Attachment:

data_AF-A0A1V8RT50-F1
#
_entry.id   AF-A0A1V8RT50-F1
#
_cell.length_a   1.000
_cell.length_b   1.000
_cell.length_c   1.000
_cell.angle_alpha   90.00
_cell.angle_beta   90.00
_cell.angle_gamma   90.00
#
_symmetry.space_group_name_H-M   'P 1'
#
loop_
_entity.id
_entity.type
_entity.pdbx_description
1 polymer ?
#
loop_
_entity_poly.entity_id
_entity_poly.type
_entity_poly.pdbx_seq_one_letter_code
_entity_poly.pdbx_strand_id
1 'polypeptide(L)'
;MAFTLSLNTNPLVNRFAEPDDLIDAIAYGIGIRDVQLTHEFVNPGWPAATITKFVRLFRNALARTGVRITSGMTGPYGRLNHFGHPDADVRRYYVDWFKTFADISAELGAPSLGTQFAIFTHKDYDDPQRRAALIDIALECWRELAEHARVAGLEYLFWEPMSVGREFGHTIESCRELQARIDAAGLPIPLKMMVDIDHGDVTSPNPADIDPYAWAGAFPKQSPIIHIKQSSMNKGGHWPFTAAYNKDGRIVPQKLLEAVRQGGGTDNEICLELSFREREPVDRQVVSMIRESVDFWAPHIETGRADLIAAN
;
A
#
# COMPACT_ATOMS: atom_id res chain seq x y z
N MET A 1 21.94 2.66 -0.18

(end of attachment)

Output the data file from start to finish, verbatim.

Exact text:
data_AF-A0A1V8RT50-F1
#
_entry.id   AF-A0A1V8RT50-F1
#
_cell.length_a   1.000
_cell.length_b   1.000
_cell.length_c   1.000
_cell.angle_alpha   90.00
_cell.angle_beta   90.00
_cell.angle_gamma   90.00
#
_symmetry.space_group_name_H-M   'P 1'
#
loop_
_entity.id
_entity.type
_entity.pdbx_description
1 polymer ?
#
loop_
_entity_poly.entity_id
_entity_poly.type
_entity_poly.pdbx_seq_one_letter_code
_entity_poly.pdbx_strand_id
1 'polypeptide(L)'
;MAFTLSLNTNPLVNRFAEPDDLIDAIAYGIGIRDVQLTHEFVNPGWPAATITKFVRLFRNALARTGVRITSGMTGPYGRLNHFGHPDADVRRYYVDWFKTFADISAELGAPSLGTQFAIFTHKDYDDPQRRAALIDIALECWRELAEHARVAGLEYLFWEPMSVGREFGHTIESCRELQARIDAAGLPIPLKMMVDIDHGDVTSPNPADIDPYAWAGAFPKQSPIIHIKQSSMNKGGHWPFTAAYNKDGRIVPQKLLEAVRQGGGTDNEICLELSFREREPVDRQVVSMIRESVDFWAPHIETGRADLIAAN
;
A
#
# COMPACT_ATOMS: atom_id res chain seq x y z
N MET A 1 21.94 2.66 -0.18